A few things:
1. I updated my vegan shoe pinterest with some cool vegan shoes such as these:
There are some excellent shoes on there, so check it out if you so desire to clothe your feet in man-made materials. Vegan Shoes 4 Lyfe.
Following Anita Krajnc, head of Toronto Pig Save
, on facebook is very educational. I feel as if I have gone down the rabbit hole, so to speak.
If you want to learn more about animal rights stuff, just subscribe to her posts
and then check out the pages of groups she shares and whatnot.
I don’t even know where to begin.
I now feel certain that animal rights will be the next great battle our society wages for freedom and justice and all that.
Everywhere I see more and more people mentioning veganism. This movement is growing!
Along time ago when I started with vegetarianism, I always used to think to myself “what difference am I making. So I’m not ordering meat at a restaurant…big deal. 1 billion other people are.” Still I stuck to it because it felt like the right thing to do, not really knowing why, besides I loved animals and my dogs.
After all this time I feel I finally understand my true motivation for being a vegetarian and now vegan.
For one thing, it DOES make a difference. Little by little, person by person, vegans infiltrated mainstream media and awareness.
Check out this blog post
from the great blog Once Upon a Vegan
. She shares the story of a man who privately financed the transport of 669 Jewish children to England…because they were going to the death camps. He saved their lives, but no one, even in his family, ever knew about it until 50 years later he wife found a log in his attic listing all the names of the children he saved. She contacted them and there is a video clip on the blog post showing him meeting some of the children he saved years later…
I could watch it a hundred times. It’s amazing.
She links to this article which tells the whole story of Nicholas Winton
. One of the most touching things I’ve ever read. At the end of the article it says he wears a ring given to him by one of the children he saved which said
“save one life, save the world”.
(nicholas winton with one of the children he saved)
This guy never asked to be recognized, he just quietly did a beautiful thing. I imagine he felt he could die happy after that meeting, knowing that he made a difference in the lives of so many grown men and women. You have to see the vid in the blog post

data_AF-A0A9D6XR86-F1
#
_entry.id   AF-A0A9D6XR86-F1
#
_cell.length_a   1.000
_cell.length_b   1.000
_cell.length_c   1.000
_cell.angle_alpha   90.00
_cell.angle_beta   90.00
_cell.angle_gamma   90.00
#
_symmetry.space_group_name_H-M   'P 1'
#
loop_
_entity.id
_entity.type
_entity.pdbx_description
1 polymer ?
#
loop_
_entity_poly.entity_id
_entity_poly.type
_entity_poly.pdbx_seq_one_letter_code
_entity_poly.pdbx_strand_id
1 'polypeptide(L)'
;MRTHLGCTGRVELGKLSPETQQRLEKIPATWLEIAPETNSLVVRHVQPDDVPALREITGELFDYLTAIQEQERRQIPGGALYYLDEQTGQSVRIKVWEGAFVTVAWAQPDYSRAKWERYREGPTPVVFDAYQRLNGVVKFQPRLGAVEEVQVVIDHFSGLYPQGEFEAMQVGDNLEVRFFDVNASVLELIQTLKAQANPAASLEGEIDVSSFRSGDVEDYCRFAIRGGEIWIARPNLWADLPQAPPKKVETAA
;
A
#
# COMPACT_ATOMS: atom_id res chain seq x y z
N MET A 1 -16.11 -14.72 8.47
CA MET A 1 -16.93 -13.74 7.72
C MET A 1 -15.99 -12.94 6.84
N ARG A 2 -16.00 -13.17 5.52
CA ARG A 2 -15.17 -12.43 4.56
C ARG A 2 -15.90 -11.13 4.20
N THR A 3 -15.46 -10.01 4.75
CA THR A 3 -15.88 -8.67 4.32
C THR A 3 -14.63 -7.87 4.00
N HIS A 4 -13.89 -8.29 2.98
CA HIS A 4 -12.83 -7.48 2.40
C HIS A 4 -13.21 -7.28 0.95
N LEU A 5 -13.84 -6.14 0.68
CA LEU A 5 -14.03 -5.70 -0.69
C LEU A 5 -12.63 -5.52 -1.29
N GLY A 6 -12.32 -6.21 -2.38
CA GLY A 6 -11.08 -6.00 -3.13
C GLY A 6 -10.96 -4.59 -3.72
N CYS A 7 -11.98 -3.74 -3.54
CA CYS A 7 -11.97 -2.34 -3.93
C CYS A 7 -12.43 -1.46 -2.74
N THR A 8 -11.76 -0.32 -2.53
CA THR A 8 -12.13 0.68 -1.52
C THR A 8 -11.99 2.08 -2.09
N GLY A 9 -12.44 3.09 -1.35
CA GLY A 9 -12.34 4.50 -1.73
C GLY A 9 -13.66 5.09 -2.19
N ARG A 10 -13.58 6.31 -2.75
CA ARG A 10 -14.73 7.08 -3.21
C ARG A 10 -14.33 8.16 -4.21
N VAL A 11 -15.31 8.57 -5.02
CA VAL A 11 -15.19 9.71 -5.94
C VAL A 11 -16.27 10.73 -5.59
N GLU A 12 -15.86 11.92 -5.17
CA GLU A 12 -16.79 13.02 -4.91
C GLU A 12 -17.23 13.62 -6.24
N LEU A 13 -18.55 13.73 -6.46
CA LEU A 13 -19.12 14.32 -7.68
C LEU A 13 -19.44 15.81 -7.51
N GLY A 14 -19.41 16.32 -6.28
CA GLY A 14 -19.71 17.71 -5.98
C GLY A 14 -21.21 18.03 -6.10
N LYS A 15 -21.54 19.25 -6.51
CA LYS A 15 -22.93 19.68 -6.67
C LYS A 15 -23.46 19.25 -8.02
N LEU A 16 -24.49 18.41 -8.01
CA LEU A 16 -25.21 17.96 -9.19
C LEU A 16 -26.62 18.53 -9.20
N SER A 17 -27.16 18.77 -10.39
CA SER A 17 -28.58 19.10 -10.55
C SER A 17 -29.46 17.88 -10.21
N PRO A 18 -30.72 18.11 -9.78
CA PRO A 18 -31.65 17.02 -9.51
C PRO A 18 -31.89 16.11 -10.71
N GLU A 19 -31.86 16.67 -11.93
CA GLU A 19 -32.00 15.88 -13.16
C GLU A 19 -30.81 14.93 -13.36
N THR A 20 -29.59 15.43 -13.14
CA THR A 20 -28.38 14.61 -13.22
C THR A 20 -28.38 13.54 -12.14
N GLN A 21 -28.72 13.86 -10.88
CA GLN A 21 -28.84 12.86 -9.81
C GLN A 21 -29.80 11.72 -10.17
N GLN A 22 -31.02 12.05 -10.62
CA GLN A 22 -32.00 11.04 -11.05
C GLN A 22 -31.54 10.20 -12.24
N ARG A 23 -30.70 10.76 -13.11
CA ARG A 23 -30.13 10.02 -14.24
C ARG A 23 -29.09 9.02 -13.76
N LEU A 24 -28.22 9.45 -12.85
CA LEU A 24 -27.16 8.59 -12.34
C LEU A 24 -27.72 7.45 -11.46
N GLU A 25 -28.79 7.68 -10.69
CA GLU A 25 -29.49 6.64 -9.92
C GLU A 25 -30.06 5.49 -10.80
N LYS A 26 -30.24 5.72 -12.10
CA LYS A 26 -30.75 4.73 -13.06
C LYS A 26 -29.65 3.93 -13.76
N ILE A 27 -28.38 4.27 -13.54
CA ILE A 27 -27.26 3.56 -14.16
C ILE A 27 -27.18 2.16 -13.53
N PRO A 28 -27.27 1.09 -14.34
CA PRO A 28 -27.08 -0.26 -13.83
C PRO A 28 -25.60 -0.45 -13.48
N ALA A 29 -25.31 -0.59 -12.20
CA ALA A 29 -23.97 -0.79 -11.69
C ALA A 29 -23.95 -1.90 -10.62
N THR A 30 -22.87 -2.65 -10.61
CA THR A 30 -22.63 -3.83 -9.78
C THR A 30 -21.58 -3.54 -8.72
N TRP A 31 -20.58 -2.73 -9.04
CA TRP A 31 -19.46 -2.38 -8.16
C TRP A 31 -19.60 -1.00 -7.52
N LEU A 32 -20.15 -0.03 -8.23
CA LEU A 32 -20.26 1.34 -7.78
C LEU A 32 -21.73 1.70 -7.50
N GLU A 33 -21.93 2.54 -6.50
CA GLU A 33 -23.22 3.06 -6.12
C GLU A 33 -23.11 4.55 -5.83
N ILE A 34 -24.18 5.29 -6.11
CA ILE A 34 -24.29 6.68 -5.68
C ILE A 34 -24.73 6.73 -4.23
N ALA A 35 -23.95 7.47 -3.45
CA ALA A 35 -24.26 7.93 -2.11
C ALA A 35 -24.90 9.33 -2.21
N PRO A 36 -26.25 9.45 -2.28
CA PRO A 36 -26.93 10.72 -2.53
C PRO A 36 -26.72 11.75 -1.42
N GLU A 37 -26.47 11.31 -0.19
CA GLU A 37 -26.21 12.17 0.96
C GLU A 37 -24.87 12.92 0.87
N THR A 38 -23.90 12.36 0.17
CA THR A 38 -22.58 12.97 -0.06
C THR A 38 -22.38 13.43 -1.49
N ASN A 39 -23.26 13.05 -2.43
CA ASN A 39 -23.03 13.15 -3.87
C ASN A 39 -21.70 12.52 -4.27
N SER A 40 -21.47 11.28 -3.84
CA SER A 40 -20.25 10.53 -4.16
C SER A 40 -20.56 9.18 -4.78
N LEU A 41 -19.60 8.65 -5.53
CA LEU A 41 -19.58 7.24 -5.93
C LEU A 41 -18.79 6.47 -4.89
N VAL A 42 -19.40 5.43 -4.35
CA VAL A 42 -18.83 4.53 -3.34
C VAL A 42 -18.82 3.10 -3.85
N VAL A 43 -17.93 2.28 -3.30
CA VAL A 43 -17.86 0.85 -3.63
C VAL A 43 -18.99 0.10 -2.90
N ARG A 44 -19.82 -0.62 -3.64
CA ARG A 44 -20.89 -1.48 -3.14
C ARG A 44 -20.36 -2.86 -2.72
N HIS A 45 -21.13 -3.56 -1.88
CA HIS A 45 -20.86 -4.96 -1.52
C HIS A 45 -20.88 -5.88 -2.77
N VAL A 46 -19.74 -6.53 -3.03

3. Speaking of the Holocaust, I saw this video
Anita Krajnc posted on Facebook the other day–these two guys discussing why people become violently offended and write vegans off when they compare the exploitation of animals to the holocaust. They do a fantastic job of discussing it, and it’s really fun to watch.
The similarities to the things I saw in the slaughterhouse videos and in the trucks thanks to the youtube videos of Toronto Pig Save have really been haunting me with how similar they seem to the holocaust. Gas Chambers. Cattle Cars. Horrible experiments on animals. The dark barren barns chickens and pigs, for example, live in before being slaughtered.
The moment I decided not to look away and “bore witness” was the moment everything changed. Now I feel like I want to see more, to know what is really happening. Now all these extreme animal rights people’s tirades are really making sense!
When I learned about the holocaust in middle school I read a lot of books about it…in my typical, disturbed and depressed yet can’t look away fashion. I always remember thinking, how could this have happened only 50 years ago? It didn’t make sense. I looked around me and didn’t see evil people who were capable of doing anything like that. It seemed like a blip on the radar. And yet I imagined myself, being half Jewish, in that situation and tried to make it feel real.
Now I see that those behaviors are still in place but they are hidden from our view…in the slaughterhouses of the world. In the video I mentioned above, they talk about how evil is often just no one taking responsibility…like in a bureaucracy where normal people take orders but don’t want to take responsibility for what they are doing–that’s how evil happens. Exactly!
Clicking around, I found this Holocaust Comparison Project, a photo essay by David Sztybel, that the video is responding to. It makes fascinating and disturbing points. The same patterns of violence that existed in the Holocaust are very much alive and well.
At the end of the photo essay there is this post script:
Edgar Kupfer was a survivor of the Dachau death camp. After his liberation, he furtively scrawled the following message on the wall of a hospital barrack:
I understand the Holocaust is an extremely sensitive subject. But like they say in the video, by discussing the past, we can learn from the past.
Your thoughts? Do you feel that you know your motivations for being vegan or vegetarian on a deep level or do you sometimes question? What do you think about the Holocaust Comparison Project?